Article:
Selective attention The capacity to be able to focus on a task despite distractions. Limitations on this skill are old age and personality disorders.

Reasoning and logic The ability to problem solve and form ideas. Limitations can be genetic and old age.

Long term memory Allows you to recall information stored in the past. The limitation is age and genetics.

Working memory The ability to hang on to information while using it. It is affected by old age and genetics.

Visual processing Enables you to think in the form of images. Inability to engage in this function can be attributed to lack of creativity and genetics.

Auditory processing Allows you to analyse, segment, and blend sounds. With old age and genetics, this can be limited to various degrees.

Processing speed Enables you to perform different tasks more efficiently and quickly. Ability declines with age and psychological disorders.

6 Techniques for Improving Working MemoryIf we have a healthy brain and attention span, there is nearly no limit to what we can learn. This means that if we put in the time and work that it takes to train our brain and improve working memory, there is no limit to our cognitive functioning.

In fact, studies show that working memory training can significantly improve the control that we have on our attention span and help us to be less distracted. Ignoring distractions is crucial in the field of close protection because we always have to be agile and prepared for anything. In addition, working memory training positively effects the way we filter and manage information which may help to control emotion and anxiety so that we maintain balance and calm no matter the real-world scenario we might find ourself in.

So what can do you do improve your brain functioning to perform optimally on your job as a CP? First, we have to recognize that the brain is a muscle. And just like any other muscle in your body, you can engage your brain in activities that strengthen and improve its cognitive skills. Some activities that help in strengthening brain functionality and resultantly increase cognitive function are:

  1. Exercise, both physically and mentally: You can improve your working memory by partaking in both physical and mental exercise. Physical exercise, like jogging, going to the gym, or any other physically exerting activity, has been shown to improve concentration, memory, problem solving, and attention to detail. Meanwhile, mental exercise, maybe even more powerful to really challenge your brain and help it to become stronger.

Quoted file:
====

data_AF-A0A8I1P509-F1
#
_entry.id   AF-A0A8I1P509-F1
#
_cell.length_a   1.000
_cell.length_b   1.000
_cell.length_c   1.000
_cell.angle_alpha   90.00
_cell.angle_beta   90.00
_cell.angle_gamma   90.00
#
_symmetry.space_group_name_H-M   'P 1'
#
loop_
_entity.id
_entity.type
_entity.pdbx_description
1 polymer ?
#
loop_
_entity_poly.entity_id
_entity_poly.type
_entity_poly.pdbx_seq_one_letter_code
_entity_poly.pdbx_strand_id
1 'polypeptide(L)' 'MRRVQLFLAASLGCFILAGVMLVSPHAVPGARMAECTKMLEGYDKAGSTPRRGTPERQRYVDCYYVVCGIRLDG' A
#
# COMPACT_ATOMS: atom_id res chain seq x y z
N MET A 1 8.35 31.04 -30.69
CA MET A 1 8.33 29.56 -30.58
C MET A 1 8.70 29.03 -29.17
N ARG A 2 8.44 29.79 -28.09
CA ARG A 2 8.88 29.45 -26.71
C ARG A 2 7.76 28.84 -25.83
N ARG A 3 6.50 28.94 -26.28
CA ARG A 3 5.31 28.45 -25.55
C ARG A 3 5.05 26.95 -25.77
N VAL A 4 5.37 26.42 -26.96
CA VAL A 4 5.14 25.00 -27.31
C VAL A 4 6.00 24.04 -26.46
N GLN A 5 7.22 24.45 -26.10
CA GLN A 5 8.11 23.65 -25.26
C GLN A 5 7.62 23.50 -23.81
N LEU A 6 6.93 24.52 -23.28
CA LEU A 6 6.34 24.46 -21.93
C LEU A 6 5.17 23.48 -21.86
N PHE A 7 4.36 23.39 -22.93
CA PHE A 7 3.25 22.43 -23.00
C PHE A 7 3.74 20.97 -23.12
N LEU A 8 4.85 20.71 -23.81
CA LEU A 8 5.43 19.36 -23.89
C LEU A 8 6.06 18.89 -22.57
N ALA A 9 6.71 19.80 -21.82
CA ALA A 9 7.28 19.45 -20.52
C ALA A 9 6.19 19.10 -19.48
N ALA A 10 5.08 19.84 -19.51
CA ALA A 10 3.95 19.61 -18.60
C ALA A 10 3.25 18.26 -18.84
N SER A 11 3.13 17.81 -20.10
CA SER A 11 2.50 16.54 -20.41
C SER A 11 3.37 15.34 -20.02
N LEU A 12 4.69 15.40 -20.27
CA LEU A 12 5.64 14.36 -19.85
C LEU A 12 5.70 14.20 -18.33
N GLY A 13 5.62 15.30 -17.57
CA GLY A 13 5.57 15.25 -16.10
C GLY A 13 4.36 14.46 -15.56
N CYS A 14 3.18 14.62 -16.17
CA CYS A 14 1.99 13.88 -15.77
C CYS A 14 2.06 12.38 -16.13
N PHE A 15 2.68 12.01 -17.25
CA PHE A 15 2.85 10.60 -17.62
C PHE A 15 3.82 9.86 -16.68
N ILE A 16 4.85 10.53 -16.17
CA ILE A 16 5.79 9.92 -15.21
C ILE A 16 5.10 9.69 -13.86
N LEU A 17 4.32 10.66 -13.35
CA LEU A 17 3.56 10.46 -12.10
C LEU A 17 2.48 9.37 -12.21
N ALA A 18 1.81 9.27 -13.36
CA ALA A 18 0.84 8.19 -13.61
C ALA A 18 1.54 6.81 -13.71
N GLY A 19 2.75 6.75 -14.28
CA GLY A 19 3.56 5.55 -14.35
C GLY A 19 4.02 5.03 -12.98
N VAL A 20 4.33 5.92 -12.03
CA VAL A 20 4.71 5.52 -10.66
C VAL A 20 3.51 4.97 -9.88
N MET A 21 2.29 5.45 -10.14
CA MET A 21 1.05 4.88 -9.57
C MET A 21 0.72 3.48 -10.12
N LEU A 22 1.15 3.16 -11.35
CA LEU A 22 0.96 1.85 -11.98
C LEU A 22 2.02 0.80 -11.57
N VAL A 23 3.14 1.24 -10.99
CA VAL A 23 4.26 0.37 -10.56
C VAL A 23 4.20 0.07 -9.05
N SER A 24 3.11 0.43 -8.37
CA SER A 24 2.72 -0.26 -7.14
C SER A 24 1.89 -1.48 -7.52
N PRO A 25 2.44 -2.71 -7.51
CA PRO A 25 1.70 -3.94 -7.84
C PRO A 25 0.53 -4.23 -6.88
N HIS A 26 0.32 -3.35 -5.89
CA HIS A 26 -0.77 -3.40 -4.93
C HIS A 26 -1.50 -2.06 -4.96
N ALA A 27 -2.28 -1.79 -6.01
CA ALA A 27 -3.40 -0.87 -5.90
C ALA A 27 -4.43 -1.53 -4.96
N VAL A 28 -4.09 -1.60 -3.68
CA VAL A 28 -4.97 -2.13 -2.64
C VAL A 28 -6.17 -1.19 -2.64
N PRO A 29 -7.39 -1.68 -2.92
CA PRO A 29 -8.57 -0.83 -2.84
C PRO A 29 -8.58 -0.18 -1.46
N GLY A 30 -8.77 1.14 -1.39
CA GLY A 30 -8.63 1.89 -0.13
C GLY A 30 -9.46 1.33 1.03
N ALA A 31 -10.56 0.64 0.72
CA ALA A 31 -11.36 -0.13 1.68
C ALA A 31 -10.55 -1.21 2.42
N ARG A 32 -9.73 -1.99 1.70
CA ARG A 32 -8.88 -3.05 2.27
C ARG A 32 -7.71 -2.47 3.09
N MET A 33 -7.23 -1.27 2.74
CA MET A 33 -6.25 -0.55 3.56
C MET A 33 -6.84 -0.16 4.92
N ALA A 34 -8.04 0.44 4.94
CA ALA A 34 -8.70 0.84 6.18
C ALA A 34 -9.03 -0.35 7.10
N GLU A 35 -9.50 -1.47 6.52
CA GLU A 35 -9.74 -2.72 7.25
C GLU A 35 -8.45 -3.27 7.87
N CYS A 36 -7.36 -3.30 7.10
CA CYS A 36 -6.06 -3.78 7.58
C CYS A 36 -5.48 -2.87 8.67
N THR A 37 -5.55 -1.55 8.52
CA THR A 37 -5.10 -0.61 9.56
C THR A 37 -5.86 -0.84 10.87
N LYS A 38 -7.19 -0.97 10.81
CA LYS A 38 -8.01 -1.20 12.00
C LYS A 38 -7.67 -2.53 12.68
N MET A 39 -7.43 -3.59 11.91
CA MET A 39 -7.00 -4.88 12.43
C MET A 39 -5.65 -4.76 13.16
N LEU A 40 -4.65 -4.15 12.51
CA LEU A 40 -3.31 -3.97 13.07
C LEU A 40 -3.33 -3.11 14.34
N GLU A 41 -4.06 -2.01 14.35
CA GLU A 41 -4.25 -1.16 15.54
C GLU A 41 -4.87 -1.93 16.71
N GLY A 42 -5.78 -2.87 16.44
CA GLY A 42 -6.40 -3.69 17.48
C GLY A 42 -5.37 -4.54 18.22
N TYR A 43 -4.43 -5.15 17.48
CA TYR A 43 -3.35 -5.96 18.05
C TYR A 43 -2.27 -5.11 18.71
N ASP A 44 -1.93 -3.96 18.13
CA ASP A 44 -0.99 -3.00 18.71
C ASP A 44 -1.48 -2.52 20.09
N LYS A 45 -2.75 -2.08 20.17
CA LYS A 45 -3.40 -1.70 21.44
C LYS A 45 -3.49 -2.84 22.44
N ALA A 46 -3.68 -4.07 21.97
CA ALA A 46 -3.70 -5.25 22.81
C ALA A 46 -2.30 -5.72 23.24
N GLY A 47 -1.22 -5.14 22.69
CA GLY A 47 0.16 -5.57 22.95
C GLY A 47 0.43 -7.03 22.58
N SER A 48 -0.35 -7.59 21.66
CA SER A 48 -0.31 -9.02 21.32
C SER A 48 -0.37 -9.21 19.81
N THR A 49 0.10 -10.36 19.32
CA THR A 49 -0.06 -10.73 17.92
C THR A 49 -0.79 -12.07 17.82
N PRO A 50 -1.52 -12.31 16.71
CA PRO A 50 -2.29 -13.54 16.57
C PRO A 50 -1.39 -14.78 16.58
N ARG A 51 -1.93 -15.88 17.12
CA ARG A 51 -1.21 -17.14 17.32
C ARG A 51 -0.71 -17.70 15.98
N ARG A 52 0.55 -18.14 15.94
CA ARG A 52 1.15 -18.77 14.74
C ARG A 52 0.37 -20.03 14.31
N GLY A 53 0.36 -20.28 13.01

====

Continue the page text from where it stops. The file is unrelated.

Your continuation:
2. Mindful meditation: A pilot study in 2013 in Harvard’s Beth Israel Medical Centre identified the positive effect of meditation on brain function and how it enhances cognitive thinking.

  3. Brain-training games: Scientists are developing a better understanding today that the individuals engaging in brain training games like Sudoku and chess show improved cognitive thinking compared to those who do not participate in such activities.

  4. Working with puzzles:  Solving puzzles and engaging in mentally challenging activities can boost the cognitive thinking of the brain and speed up its processing ability.

  5. Push your limits by taking an activity to new levels

  • Be complex – complexity forces your brain to function at a higher level. Even driving new routes without relying on GPS can sharpen your brain memory zones.

  • That is something that takes practice – just like your muscles develop “muscle memory” your brain can too. The more you practice something, the better your brain will be at automatically responding to the task. The trick, however, is to change it up before it becomes too old and too automatic.

  1. Social connections: Researchers concluded that the feeling of isolation can disrupt sleep, increase stress levels, increase blood pressure as well as depression. In a pandemic environment, it will even more important to surround yourself with social connections as these factors contribute optimal brain functionality and help to curb cognitive decline.

In the field of executive protection, our cognitive functioning levels and emotional balance must always be working efficiently. Every decision that you make when you’re protecting someone must be the best possible decision for the situation, otherwise the consequences may be dire. Putting these techniques and practices to use to improve your working memory gives you the power to better filter and manage information which is crucial in keeping others safe.

Is Your Brain Working Against You? How to Train Your Brain to Handle Challenges & Pressures of Executive Protection Work

By Luis Goncalves